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My son, 14 years old, earned a few hundred dollars this summer. I know he can have an IRA, and I checked the board and found recommendations on which brokers and funds will allow me to open one on his behalf. My question is about the amount that he can contribute. Is it strictly limited to the amount that will appear on the W2 from his employer, or can he (or dear old dad) add more to reach $2k?
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<<My son, 14 years old, earned a few hundred dollars this summer.>>

In what form? Like...through a W-2? Or from mowing lawns (as a self-employed person)? It sounds, from te balance of your question, that you are talking about W-2 income.

<< I know he can have an IRA, and I checked the board and found recommendations on which brokers and funds will allow me to open one on his behalf.>>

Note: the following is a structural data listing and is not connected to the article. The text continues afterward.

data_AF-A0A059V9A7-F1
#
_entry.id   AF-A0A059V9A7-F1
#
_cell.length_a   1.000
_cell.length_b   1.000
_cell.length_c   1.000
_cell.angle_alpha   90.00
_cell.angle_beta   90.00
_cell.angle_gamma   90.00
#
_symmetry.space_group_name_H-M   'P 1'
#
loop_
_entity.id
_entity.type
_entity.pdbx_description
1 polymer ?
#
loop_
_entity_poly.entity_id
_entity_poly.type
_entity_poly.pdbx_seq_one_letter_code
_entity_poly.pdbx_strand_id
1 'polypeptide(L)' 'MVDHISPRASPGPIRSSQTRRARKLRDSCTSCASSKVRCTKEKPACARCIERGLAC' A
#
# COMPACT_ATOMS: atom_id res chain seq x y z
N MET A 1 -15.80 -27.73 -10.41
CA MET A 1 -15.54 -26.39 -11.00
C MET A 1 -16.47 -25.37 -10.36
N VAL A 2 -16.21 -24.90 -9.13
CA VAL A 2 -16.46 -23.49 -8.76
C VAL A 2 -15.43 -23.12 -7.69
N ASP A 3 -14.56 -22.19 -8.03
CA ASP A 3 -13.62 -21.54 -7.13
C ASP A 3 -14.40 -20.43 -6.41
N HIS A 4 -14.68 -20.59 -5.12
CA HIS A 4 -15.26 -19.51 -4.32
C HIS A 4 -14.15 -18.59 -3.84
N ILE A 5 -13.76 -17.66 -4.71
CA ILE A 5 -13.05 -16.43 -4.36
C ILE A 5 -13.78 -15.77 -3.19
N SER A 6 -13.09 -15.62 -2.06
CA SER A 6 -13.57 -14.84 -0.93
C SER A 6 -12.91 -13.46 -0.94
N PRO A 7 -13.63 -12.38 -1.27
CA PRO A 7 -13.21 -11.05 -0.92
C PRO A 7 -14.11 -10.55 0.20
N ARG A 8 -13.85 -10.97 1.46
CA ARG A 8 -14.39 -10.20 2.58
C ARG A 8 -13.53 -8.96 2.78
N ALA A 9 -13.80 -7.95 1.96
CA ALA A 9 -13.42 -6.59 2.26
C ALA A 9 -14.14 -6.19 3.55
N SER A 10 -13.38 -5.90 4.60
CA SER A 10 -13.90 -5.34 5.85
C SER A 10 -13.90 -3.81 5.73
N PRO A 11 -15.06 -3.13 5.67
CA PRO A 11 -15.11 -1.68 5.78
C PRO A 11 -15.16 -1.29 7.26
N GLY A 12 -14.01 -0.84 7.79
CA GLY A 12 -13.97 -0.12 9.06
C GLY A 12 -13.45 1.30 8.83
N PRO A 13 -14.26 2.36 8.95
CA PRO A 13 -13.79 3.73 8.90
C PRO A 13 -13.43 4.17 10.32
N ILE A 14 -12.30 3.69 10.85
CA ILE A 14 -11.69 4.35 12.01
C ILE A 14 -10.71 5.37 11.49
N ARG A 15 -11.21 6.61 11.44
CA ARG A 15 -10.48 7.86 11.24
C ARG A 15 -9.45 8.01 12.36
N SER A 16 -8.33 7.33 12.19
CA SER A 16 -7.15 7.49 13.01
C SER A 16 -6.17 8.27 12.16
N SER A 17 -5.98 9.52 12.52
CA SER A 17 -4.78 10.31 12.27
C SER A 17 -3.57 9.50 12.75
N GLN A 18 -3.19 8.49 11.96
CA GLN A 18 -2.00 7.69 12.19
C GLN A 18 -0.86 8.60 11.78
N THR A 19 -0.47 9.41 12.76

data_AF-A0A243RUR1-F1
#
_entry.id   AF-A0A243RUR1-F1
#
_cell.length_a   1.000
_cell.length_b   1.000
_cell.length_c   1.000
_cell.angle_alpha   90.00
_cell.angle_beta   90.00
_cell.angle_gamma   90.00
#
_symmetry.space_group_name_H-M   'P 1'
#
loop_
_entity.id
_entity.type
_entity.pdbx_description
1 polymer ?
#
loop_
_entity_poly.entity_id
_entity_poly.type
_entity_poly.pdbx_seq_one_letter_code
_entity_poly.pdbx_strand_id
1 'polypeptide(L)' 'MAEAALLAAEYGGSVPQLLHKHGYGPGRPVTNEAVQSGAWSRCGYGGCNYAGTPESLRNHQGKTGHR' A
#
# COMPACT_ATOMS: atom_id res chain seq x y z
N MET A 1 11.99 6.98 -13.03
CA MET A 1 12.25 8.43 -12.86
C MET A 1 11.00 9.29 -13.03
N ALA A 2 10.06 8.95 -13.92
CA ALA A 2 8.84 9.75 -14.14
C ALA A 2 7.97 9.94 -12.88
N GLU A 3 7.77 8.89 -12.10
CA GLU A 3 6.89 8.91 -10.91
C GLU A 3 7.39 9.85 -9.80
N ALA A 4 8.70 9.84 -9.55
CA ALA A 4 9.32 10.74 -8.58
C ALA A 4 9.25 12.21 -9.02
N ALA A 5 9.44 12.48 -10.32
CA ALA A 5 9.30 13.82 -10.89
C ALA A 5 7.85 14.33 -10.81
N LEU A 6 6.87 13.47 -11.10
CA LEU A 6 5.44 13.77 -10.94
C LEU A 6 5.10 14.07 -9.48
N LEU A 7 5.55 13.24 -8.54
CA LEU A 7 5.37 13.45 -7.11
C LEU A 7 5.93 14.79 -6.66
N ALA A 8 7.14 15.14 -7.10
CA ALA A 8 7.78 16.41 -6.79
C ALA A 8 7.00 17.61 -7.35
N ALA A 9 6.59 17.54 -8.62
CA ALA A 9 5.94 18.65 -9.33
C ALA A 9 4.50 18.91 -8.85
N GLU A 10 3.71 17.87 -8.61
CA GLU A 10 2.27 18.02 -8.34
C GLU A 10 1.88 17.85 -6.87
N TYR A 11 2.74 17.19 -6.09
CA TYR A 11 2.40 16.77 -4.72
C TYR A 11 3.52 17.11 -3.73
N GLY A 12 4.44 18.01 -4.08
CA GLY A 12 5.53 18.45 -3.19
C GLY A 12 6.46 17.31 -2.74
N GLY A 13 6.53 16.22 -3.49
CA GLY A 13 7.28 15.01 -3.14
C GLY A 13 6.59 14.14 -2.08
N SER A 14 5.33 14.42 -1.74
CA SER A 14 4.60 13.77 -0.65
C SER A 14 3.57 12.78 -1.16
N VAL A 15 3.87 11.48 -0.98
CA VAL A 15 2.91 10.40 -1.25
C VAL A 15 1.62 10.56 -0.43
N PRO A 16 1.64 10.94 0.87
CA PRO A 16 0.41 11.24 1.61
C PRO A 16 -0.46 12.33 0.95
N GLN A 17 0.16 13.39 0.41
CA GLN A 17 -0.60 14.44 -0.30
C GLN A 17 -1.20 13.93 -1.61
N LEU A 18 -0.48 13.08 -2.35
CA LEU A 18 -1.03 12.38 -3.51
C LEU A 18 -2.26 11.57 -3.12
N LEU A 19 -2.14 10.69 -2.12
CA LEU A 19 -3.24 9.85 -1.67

Basically correct.

<< My question is about the amount that he can contribute. Is it strictly limited to the amount that will appear on the W2 from his employer, or can he (or dear old dad) add more to reach $2k? >>

His contribution will be limited to the **LESSER** of his "earned" income (likely his gross wages from his W-2 form)OR $2,000. But if you are really interested in having Junior fund the complete IRA, you might want to read my article regarding IRAs for kids. You might be able to put him on YOUR payroll in one form or another. Check out my article on this issue in the Taxes FAQ area.

TMF Taxes
Roy
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Just to clarify -- the money that you put in can be money that parent's gift to the child (up to the limits that Roy/TMF Taxes points out). So if he earned $1,000 (that would otherwise qualify for an IRA) but uses this for spending money for the year, you can make the $1,000 deposit for him -- just can't exceed the allowed limit.


Making Trax
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